This study reports on the effect of demand variation on the optimal location of road-pricing cordons. The optimal road-pricing cordon, in this study, aims to maximise the…
This study reports on the effect of demand variation on the optimal location of road-pricing cordons. The optimal road-pricing cordon, in this study, aims to maximise the social welfare function. This optimisation program is categorised as Bi-level optimisation programming which is a NP hard problem. The paper first describes the method developed to solve the optimal toll problem for a given set of chargeable links. The tests were carried out with a small toy network and a larger scale network. For the small network, four single user class demand characteristics were varied individually; these were the elasticity of trip generation with respect to increases in travel cost, value of travel time, volume of traffic, and traffic distribution pattern. For the larger scale network, only elasticity, value of time, and trip volume were tested. The results of the larger scale network are also analysed by including the cost per toll point. The tests with the larger scale network were modified so that the constraint of uniform charge is applied. The results showed that demand variation could influence the best location of toll points. This finding raises the question of whether the implementation of the same cordon all day in an urban traffic network is the optimal approach under the existence of demand variations by time of day, and also whether the evaluation process of the cordon location should consider the effect of different time periods together.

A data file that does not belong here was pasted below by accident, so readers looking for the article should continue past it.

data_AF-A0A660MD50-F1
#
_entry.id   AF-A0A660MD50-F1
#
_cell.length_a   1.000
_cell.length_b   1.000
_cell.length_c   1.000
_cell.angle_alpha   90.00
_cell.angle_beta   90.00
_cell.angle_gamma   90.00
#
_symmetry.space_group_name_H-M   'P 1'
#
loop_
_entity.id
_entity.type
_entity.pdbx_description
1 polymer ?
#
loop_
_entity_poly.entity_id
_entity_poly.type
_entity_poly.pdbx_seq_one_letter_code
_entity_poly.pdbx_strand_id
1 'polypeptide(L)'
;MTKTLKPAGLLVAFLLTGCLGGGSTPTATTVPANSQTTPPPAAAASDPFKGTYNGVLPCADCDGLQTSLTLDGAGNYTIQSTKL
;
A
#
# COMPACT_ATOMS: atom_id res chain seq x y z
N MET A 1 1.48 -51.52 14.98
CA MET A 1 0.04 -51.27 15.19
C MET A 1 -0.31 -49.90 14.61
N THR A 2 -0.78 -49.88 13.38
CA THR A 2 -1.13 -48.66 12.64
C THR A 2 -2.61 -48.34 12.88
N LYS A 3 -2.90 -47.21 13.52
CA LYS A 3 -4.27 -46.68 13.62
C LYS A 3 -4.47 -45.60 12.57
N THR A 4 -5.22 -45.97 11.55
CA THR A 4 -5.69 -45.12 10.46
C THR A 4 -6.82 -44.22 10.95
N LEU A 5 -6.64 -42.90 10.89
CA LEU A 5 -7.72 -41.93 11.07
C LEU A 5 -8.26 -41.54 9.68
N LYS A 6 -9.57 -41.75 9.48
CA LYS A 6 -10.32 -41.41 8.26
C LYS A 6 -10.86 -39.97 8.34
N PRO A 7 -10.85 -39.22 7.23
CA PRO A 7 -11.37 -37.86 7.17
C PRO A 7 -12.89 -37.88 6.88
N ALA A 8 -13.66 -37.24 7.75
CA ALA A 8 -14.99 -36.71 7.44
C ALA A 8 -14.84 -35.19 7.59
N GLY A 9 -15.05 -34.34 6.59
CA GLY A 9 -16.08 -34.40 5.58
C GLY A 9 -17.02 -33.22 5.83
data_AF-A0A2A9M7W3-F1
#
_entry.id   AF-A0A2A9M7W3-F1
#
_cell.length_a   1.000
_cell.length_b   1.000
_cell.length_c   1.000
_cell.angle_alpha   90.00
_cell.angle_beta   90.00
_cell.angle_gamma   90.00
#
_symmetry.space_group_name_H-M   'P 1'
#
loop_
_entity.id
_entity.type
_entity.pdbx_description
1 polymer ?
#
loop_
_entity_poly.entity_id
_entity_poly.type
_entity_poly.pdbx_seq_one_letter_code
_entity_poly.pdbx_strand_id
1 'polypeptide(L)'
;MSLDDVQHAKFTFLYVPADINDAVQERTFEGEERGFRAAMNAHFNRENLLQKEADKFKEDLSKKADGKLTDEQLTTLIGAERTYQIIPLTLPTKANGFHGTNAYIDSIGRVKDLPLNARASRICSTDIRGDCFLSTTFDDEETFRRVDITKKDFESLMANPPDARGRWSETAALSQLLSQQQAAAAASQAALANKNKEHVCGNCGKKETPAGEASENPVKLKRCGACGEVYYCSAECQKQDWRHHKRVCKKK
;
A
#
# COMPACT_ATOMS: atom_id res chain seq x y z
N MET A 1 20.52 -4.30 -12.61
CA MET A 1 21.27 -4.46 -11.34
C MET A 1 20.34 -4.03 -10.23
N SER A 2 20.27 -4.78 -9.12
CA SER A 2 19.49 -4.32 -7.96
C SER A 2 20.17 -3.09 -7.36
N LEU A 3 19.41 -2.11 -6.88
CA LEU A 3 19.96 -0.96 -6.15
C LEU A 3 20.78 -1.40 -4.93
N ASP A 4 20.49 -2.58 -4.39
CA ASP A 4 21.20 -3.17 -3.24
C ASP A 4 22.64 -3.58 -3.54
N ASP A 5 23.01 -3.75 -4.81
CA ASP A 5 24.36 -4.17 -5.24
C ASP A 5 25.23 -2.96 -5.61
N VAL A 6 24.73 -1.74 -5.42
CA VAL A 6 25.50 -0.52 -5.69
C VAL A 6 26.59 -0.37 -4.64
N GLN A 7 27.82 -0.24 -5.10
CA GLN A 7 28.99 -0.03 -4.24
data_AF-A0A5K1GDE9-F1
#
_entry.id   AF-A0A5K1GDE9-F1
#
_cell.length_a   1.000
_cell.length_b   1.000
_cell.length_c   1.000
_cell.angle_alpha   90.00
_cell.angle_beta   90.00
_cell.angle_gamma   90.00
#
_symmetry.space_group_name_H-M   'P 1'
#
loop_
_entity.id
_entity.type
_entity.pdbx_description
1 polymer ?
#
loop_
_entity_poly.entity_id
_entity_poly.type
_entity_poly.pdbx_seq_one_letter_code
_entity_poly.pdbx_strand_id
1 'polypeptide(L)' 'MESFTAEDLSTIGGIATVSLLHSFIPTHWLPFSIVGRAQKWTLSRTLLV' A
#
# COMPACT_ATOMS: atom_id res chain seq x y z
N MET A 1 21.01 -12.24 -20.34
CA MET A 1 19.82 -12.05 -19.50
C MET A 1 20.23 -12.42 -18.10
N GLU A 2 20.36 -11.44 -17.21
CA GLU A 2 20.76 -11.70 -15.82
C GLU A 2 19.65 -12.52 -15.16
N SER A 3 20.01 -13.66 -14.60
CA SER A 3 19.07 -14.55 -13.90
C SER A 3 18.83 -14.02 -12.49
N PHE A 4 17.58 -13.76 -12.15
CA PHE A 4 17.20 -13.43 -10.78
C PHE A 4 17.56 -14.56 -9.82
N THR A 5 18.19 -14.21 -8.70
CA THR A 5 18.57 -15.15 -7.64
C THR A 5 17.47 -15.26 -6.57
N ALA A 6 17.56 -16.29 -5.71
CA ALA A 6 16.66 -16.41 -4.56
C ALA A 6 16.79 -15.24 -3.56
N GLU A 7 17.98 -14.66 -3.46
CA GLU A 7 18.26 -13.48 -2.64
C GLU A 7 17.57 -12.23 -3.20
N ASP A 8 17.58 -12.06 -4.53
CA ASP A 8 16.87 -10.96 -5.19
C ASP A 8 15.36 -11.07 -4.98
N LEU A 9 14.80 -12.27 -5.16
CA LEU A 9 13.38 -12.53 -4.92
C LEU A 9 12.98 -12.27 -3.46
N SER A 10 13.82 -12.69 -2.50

In this paper, we analyze statistical properties of stated choice experimental designs when model attributes are functions of several design attributes. The scheduling model is taken as an example. This model is frequently used for estimating the willingness to pay (WTP) for a reduction in schedule delay early and schedule delay late. These WTP values can be used to calculate the costs of travel time variability. We apply the theoretical results to the scheduling model and design the choice experiment using measures of efficiency (S-efficiency and WTP-efficiency). In the simulation exercise, we show that the designs based on these efficiency criteria perform on average better than the designs used in the literature in terms of the WTP for travel time, schedule delay early, and schedule delay late variables. However, the gains in efficiency decrease in the number of respondents. Surprisingly, the orthogonal design performs rather well in the example we demonstrated.